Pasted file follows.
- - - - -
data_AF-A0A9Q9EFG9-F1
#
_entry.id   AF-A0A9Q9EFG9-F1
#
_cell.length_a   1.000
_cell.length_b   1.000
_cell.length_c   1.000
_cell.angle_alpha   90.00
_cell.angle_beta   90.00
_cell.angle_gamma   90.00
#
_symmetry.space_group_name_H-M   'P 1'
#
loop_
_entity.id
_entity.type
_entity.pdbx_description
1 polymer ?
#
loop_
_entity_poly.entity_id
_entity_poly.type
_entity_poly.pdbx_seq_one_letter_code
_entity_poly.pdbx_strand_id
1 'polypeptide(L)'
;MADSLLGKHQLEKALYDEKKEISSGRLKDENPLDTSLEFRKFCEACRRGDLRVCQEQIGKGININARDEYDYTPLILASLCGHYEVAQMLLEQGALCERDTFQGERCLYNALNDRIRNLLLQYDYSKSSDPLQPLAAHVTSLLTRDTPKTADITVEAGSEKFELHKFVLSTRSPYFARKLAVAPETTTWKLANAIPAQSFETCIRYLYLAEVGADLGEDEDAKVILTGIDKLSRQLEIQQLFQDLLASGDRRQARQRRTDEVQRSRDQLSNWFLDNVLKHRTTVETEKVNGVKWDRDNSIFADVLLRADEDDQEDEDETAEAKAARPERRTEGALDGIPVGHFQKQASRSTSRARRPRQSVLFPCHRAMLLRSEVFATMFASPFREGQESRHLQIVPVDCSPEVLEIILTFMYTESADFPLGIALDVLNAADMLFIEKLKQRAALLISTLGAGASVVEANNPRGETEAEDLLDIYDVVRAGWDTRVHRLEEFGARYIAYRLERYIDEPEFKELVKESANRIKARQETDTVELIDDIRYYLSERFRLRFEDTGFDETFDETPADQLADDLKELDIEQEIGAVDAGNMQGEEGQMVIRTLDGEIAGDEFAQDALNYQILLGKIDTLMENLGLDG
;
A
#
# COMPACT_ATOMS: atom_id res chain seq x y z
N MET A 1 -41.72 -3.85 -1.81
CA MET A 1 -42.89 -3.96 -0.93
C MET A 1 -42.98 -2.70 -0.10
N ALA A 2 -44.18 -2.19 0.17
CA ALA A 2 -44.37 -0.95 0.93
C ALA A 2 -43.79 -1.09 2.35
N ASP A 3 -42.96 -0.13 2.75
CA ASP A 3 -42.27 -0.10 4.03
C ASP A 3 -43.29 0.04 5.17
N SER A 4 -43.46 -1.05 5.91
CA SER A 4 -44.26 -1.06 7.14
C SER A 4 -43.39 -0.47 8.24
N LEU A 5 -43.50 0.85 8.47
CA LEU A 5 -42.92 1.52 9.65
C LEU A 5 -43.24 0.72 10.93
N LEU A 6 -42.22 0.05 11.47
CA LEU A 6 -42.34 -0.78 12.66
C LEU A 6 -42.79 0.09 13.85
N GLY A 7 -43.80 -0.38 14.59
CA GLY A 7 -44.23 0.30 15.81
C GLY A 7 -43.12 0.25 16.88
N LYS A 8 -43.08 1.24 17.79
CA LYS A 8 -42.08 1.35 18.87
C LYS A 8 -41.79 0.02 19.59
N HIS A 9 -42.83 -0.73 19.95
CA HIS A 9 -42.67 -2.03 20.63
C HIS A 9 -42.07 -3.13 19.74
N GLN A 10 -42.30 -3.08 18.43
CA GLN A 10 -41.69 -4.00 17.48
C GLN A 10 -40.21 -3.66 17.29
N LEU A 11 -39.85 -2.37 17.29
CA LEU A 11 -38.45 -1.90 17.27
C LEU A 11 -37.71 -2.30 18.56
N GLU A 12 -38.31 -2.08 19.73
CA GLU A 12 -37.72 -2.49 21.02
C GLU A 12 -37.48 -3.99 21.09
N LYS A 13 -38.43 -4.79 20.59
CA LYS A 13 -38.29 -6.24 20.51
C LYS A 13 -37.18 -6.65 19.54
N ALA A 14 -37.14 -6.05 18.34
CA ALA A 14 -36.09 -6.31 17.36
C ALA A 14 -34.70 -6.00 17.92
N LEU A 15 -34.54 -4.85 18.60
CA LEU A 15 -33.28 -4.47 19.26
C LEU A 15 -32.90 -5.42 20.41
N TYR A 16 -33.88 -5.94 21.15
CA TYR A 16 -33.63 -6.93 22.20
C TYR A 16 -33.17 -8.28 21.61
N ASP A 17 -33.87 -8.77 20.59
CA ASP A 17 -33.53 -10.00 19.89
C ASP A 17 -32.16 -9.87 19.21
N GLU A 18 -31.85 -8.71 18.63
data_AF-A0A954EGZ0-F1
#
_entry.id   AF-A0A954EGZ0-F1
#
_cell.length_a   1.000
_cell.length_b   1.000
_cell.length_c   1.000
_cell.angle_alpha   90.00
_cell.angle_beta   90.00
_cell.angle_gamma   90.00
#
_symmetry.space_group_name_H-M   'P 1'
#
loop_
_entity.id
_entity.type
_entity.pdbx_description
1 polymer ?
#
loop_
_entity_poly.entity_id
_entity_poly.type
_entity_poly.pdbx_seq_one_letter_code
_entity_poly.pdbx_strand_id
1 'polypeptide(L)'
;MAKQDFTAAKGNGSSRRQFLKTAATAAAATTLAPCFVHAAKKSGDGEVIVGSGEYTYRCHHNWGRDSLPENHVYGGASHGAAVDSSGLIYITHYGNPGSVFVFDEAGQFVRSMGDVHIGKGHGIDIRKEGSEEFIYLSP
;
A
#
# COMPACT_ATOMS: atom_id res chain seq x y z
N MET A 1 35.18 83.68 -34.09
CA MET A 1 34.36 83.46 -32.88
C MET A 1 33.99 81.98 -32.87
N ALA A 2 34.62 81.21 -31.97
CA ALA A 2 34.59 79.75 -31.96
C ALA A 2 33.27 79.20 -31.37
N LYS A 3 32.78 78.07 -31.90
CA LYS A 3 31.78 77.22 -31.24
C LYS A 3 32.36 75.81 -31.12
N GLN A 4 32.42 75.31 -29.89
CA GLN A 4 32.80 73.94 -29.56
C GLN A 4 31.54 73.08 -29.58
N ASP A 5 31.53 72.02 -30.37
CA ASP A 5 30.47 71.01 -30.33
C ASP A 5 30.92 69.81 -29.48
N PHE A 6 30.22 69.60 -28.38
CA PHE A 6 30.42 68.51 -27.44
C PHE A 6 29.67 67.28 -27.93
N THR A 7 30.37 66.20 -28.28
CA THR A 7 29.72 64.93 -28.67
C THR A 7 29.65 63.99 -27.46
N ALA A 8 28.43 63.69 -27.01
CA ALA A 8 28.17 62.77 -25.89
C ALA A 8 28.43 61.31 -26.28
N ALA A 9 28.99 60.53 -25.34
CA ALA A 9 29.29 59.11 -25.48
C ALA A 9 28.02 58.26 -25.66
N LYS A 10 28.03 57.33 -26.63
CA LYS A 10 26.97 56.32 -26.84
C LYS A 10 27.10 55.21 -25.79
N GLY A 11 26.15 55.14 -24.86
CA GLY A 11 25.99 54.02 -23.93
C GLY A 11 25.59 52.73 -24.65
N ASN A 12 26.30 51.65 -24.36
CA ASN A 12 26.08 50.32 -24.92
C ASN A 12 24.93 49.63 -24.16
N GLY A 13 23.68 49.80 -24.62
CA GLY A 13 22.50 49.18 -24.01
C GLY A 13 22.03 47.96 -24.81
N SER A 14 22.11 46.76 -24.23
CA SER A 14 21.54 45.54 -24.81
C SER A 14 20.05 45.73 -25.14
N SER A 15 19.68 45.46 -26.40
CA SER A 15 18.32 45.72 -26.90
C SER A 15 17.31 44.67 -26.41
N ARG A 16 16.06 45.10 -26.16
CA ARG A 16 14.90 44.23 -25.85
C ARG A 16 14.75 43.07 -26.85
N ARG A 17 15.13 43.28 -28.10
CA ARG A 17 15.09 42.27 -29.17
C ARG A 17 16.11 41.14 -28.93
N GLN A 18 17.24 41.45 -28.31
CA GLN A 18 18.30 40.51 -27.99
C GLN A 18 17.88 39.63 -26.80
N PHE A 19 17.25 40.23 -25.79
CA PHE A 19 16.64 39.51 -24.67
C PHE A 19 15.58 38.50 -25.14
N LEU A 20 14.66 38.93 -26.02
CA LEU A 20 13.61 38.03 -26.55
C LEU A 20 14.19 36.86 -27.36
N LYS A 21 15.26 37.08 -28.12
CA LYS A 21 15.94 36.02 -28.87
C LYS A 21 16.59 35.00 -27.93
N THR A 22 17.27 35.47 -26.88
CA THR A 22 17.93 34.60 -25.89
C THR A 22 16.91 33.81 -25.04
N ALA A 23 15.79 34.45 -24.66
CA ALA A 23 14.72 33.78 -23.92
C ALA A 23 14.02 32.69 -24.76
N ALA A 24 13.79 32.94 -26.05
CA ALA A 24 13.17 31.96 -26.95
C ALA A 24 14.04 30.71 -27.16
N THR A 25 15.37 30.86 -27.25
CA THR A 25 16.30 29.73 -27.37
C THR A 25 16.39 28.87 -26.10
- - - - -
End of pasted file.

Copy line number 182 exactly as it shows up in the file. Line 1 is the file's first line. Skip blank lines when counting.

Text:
N ALA A 24 13.79 32.94 -26.05